[QODLink]
Archive
Brazil probes police role in gang riots
The authorities in Sao Paulo are investigating charges of police abuses and summary executions during last week's gang violence that killed about 170 people.
Last Modified: 24 May 2006 06:48 GMT
About 170 people have been killed in last week's violence
The authorities in Sao Paulo are investigating charges of police abuses and summary executions during last week's gang violence that killed about 170 people.

The inquiry in Brazil comes before a Thursday deadline by which police are supposed to hand over the names of alleged criminals who were killed in a massive crackdown in response to the violence.

Police blamed widespread violence between May 12 and May 18 on the First Capital Command gang, better known by its Portuguese initials, PCC.
  
Gang members attacked police stations, banks, underground railway stations and other targets after hundreds of PCC members, including leader Marcos Camacho, were moved into a high-security prison.

Police said there were nearly 300 attacks as well as 73 riots in state jails during the six days.

Initially, police said they had killed 109 PCC members. But on Tuesday, that figure dropped to 79, according to state of Sao Paulo public security figures.

Of those, 62 died in the immediate police reaction to the  attacks, while 17 others were killed in actions police described as "preventive".
  
Fifty-five of the dead have been identified, 49 of whom have a criminal background, the authorities say.

Another 31 people were killed in clashes with police unrelated to the PCC violence, they said.

Also killed were 33 police officers, eight prison workers, four pedestrians and 18 prisoners.

Investigation
  
A lawyer told the investigating legislators she did not give gang members advance word of the police decision to move PCC members.

Maria Cristina Rachado, who is representing Camacho, is accused by politicians and the media of passing on the information to her client.

Workers inspect the wreckage of
a bus burned by unidentified men

The authorities say the violence started after gang members ordered attacks on police, enraged at plans to isolate imprisoned leaders who control many of Sao Paulo's teeming, notoriously corrupt prisons.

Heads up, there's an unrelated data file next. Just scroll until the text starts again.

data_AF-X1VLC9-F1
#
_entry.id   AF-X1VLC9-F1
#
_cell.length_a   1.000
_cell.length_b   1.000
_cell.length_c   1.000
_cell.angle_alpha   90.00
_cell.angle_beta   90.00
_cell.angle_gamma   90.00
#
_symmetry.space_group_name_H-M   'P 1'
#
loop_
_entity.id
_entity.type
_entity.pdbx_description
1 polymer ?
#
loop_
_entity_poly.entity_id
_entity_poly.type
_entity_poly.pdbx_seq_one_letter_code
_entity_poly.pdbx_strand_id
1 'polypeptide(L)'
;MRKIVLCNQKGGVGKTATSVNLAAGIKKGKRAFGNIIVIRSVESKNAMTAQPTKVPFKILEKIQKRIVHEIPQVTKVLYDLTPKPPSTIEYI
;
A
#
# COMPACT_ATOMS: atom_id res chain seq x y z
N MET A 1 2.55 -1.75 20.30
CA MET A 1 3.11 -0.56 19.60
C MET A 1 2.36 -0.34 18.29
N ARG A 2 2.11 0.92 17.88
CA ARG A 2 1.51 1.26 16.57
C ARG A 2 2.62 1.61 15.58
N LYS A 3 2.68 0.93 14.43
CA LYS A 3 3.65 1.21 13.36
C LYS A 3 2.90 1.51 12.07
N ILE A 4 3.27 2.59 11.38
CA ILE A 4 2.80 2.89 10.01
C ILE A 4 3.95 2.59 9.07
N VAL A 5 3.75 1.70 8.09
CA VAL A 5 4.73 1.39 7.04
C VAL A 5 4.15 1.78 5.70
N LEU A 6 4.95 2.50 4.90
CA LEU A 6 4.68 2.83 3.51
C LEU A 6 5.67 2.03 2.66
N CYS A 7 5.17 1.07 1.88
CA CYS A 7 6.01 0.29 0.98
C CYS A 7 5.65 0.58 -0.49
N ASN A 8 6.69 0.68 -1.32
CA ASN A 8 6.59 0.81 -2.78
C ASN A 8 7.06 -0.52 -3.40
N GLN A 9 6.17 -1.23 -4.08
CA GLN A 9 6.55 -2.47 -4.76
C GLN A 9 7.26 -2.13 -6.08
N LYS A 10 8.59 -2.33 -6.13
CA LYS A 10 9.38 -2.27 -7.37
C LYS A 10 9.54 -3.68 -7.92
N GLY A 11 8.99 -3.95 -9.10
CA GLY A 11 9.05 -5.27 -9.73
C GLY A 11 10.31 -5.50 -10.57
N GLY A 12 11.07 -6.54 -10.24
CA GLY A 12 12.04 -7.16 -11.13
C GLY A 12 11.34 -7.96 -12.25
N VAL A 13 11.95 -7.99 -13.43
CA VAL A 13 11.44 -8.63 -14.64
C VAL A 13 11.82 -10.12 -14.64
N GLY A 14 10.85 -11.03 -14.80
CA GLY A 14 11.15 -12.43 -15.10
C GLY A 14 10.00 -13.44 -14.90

Rachado told a congressional hearing on Tuesday in the capital, Brasilia, she did not break the law by acquiring a tape of a supposedly secret May 10 congressional meeting in which police detailed their plans.

Rachado told the politicians she went with a sound technician to copy the tape but never heard its contents and gave it to Sergio Wesley da Cunha, another lawyer, for the gang.

"I didn't pass on information to anyone," said Rachado, who maintained she had not spoken to her client since March.

Da Cunha also denied wrongdoing, testifying later that he believed he had obtained the tape legally because the sound technician agreed to make the copy.

He listened to it but said he never revealed the contents to anyone.

Source:
Agencies
Topics in this article
City
Organisation
Featured on Al Jazeera
An innovative rehabilitation programme offers Danish fighters in Syria an escape route and help without prosecution.
Street tension between radical Muslims and Holland's hard right rises, as Islamic State anxiety grows.
More than one-quarter of Gaza's population has been displaced, causing a humanitarian crisis.
Ministers and MPs caught on camera sleeping through important speeches have sparked criticism that they are not working.
Featured
Influential independence figure has been key in promoting Scottish nationalism, but will his efforts succeed?
Teenage phenom with quick hands and a passion for boxing has reminded many of the great Filipino fighter at a young age.
Families of Britons killed in 2013 siege at gas plant in Algeria frustrated by inquiry delay over 'sensitive' materials.
Rhinoceros beetles once drew 40,000 visitors each year to Tamura city, but nuclear disaster has decimated beetle mania.
In run-up to US midterm elections, backers of immigration law changes disappointed by postponement of executive action.
join our mailing list